In 1961, in a speech to Oxford University, he gave his most comprehensive statement on this Article and said: It is Article 99 more than any other which was considered by the drafters of the Charter to have transformed the Secretary-General of the UN from a purely administrative official to one with an explicit political responsibility…. Legal scholars have observed that Article 99 not only confers upon the Secretary-General a right to bring matters to the attention of the Security Council but that right carries with it, by necessary implication, a broad discretion to conduct inquiries and to engage in informal diplomatic activity in regard to matters which “may threaten the maintenance of international peace and Security”.

Secretary-General as the International Watchperson

The phrase “may threaten the maintenance of international peace and security” employed in Article 99 is interpreted to preserve international peace and security. It does not say that the Secretary-General has “to restore” international peace and security.

Because of this interpretation, the Secretary-General is considered to be the “international watch person” to prevent conflict from erupting across the globe.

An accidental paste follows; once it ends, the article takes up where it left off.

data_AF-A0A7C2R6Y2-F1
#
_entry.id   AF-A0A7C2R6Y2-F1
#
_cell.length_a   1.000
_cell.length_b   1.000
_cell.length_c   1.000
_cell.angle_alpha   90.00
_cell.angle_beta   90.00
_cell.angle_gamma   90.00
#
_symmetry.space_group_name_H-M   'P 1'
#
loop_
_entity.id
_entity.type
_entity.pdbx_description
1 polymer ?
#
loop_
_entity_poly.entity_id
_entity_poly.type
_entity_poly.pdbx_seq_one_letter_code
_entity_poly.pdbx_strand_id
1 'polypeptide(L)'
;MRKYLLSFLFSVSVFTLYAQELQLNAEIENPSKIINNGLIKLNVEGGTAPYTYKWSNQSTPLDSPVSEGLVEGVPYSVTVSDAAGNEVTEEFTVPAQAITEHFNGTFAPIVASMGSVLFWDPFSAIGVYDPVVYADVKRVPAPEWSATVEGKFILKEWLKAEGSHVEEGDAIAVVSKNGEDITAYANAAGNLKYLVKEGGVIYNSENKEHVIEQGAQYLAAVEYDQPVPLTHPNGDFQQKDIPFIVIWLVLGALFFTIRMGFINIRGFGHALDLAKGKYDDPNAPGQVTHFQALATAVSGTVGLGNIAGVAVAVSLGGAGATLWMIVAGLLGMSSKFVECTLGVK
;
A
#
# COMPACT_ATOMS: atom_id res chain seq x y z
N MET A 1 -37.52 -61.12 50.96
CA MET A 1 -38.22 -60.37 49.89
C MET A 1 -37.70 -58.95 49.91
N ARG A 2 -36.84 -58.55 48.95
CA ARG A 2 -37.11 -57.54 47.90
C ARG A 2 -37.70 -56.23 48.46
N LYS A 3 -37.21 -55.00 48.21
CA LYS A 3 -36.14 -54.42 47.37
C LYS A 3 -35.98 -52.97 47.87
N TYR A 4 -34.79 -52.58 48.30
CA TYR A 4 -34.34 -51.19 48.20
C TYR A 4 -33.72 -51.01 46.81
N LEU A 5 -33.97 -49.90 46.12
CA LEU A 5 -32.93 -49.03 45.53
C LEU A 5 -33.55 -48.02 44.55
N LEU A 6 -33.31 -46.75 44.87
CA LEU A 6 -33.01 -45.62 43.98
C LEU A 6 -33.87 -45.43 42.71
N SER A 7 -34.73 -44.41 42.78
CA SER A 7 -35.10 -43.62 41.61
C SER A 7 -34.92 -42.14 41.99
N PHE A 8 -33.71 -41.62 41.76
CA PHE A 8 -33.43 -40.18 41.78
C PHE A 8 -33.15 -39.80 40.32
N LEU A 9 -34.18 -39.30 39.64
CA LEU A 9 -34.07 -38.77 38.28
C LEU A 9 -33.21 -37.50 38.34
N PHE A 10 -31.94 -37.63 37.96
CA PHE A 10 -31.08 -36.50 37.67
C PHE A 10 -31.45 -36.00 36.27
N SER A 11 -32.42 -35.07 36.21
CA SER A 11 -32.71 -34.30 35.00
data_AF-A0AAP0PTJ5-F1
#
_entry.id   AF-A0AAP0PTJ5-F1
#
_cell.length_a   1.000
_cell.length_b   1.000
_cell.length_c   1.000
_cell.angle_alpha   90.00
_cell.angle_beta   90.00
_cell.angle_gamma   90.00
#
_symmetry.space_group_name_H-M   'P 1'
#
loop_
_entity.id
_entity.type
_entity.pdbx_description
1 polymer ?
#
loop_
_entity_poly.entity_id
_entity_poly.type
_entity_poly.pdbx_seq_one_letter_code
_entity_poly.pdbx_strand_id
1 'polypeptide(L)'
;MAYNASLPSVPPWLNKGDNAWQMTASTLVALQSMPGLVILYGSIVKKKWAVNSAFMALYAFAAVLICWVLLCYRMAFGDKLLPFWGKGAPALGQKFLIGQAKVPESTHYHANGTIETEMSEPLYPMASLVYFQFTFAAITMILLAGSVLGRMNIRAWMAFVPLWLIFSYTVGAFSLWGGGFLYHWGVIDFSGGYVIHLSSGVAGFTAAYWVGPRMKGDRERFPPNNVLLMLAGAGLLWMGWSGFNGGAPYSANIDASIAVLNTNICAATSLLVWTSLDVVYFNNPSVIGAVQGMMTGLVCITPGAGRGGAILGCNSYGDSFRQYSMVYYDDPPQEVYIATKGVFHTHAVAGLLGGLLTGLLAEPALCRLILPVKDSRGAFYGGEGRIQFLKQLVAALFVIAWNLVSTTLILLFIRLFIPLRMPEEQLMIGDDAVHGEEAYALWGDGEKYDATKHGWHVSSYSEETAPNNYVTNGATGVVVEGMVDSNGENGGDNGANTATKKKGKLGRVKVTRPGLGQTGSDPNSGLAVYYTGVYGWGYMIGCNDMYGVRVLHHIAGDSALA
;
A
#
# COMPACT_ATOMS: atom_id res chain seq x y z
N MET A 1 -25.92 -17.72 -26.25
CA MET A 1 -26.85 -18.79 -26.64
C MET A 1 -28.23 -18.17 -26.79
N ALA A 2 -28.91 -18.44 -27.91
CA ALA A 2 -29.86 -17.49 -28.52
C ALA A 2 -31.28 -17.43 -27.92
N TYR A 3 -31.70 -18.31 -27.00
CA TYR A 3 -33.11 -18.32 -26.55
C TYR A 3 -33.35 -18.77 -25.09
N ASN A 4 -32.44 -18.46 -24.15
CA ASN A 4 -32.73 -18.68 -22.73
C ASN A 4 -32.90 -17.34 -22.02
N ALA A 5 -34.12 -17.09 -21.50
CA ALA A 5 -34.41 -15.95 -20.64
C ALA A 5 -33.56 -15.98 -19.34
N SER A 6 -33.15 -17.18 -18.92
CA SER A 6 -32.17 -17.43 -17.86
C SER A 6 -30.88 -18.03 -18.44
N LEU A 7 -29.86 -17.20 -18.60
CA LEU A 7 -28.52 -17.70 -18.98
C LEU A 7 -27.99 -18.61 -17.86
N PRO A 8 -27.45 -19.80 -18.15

Preventive Diplomacy and the Secretary-General’s Role

Secretary-General Perez de Cuellar (1982-91) believed that the Secretary-General’s office was to be seen as an instrument of multilateral diplomacy at the anticipatory or preventive level. Article 99 implies that the Secretary-General has a right and responsibility to gather information to enable him/her to make intelligent and informed opinions before preventive diplomacy is carried out.

It is reported to the Security Council. Dag Hammarskjold used Article 99 to post his personal UN representatives in hotspots in the globe to inform him about the situation, and this was for the first time known as “the UN presence” at a tension-filled area to prevent the deterioration of the situation further.

The Growing Role of the Secretary-General in Conflict Prevention

A UN presence is now an important factor in preventing many minor conflicts around the world. The role of the Secretary-General has grown with the passage of time, and the office has now become the focus of preventive diplomacy to resolve disputes among states. The Secretary-General has the prime responsibility to prevent conflicts among states, and the success of the UN depends on its ability to prevent inter-state conflicts.

For instance, Hammarskjold’s efforts eliminated the danger of war between the US and China in the 50s, U Thant’s intervention prevented a full-scale war between the US and the Soviet Union in 1962 on Cuba, U Thant’s intervention between Iran and Bahrain in 1970 averted armed conflict, the efforts of Perez de Cuellar scaled down the Falklands War in 1982, and Kofi Annan’s diplomatic efforts averted a crisis between the US and Iraq in 1998 relating to the visit of UN inspectors in Iraq to disarm its weapons of mass destruction.